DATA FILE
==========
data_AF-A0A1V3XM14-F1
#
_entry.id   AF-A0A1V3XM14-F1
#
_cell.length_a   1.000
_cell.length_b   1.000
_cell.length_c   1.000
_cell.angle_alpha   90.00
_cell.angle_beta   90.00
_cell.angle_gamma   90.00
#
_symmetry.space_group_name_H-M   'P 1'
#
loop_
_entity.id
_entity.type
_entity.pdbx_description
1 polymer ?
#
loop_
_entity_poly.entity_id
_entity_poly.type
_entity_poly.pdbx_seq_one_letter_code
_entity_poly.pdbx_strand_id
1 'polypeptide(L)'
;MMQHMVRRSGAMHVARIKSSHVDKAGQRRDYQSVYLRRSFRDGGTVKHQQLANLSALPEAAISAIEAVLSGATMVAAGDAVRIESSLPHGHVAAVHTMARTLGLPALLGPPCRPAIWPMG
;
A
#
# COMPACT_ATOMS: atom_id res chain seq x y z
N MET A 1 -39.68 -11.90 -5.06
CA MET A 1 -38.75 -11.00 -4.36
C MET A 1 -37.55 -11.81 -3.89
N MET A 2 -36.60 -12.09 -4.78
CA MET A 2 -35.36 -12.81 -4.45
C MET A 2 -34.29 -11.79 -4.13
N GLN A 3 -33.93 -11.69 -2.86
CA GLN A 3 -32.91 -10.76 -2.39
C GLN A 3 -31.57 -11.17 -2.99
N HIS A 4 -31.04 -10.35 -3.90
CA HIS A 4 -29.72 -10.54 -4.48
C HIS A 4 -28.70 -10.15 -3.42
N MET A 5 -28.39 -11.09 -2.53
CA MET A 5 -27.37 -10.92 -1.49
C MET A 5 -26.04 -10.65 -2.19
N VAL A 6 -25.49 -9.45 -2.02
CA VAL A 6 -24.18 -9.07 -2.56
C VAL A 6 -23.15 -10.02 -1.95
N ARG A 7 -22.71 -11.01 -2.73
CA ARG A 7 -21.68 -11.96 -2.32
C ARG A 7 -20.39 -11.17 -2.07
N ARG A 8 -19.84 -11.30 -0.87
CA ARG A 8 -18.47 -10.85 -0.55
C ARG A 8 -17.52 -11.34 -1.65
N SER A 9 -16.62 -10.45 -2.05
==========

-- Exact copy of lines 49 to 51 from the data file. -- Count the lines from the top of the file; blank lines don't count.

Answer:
N ARG A 7 -22.71 -11.01 -2.73
CA ARG A 7 -21.68 -11.96 -2.32
C ARG A 7 -20.39 -11.17 -2.07